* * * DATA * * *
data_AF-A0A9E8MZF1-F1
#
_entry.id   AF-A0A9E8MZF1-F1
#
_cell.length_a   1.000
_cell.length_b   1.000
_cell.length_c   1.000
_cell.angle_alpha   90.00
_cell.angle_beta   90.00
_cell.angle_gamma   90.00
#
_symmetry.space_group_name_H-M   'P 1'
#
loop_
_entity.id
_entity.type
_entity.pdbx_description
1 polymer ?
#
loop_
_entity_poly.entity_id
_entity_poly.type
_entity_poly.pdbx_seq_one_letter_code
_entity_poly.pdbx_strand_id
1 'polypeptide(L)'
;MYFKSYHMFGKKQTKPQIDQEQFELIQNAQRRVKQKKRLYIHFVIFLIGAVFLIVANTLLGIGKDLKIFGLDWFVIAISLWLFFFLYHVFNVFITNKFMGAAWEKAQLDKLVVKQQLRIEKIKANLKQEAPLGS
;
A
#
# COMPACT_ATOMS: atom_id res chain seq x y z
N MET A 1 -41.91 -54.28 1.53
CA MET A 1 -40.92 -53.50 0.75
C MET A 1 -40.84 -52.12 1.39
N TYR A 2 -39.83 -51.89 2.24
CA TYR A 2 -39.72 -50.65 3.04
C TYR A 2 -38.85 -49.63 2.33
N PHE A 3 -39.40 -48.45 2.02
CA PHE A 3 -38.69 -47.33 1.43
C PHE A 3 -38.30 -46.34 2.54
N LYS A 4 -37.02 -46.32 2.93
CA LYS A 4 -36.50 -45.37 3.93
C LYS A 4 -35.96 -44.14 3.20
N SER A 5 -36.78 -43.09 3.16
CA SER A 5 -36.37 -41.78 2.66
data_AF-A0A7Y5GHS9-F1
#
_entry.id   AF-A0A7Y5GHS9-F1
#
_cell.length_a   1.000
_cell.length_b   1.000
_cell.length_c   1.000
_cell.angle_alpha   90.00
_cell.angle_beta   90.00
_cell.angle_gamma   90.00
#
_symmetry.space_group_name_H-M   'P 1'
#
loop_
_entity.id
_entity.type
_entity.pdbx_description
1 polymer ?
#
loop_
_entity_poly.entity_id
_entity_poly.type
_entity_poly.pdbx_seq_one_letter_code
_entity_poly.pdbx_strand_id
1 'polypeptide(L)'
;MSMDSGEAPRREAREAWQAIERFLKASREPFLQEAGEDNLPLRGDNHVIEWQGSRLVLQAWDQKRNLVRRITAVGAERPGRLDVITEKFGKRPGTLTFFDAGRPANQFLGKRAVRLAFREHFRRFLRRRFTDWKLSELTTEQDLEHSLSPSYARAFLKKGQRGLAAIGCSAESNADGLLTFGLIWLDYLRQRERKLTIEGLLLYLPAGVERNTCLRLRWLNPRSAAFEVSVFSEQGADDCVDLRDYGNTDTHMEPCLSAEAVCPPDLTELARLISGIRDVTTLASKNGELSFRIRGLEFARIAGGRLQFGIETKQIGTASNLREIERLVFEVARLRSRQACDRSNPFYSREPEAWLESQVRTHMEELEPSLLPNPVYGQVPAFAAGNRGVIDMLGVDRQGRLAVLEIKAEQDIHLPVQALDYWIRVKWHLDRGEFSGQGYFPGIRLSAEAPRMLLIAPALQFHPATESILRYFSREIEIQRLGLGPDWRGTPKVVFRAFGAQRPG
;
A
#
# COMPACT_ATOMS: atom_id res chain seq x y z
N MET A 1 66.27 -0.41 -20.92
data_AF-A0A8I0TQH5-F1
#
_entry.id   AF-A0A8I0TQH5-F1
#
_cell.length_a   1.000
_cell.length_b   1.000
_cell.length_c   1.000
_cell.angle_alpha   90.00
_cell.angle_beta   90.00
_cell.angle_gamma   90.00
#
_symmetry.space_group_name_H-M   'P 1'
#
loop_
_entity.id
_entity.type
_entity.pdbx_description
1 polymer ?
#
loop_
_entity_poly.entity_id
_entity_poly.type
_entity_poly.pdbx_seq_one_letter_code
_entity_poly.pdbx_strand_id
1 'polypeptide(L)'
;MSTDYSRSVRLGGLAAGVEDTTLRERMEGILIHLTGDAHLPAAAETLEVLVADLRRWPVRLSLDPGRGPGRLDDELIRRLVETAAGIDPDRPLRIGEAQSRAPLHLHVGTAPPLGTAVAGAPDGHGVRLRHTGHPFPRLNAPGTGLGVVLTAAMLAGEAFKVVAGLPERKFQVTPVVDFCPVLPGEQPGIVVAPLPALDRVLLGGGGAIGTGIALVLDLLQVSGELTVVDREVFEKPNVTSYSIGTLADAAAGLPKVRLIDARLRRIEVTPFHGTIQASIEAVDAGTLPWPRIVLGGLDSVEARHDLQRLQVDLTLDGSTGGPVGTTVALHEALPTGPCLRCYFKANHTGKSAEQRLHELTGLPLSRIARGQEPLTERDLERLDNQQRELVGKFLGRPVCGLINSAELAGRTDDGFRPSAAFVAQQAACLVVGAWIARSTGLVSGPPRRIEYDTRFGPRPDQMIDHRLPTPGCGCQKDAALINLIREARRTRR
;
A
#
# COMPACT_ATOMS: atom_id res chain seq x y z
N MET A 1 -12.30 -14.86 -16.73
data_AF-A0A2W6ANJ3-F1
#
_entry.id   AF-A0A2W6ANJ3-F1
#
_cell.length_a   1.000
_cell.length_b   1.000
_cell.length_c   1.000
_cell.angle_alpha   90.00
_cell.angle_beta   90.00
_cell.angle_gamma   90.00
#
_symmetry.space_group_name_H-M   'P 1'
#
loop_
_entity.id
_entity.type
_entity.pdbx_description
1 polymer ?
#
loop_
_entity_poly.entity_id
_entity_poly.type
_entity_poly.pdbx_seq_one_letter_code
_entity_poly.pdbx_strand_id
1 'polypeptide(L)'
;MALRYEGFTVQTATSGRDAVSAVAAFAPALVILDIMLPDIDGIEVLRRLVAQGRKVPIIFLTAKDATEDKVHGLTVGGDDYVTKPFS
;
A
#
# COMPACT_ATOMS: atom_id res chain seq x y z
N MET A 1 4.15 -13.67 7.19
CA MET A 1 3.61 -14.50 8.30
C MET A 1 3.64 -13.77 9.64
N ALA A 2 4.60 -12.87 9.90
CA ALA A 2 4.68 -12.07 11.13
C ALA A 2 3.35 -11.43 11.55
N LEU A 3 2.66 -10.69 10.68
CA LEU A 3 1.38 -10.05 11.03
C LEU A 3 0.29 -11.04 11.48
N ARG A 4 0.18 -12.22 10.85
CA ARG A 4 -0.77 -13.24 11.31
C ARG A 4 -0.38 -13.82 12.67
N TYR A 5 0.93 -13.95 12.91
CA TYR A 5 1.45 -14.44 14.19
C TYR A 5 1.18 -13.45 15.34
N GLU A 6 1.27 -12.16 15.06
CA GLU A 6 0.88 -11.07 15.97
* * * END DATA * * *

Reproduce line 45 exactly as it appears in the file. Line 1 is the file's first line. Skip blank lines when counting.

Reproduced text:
data_AF-A0A7Y5GHS9-F1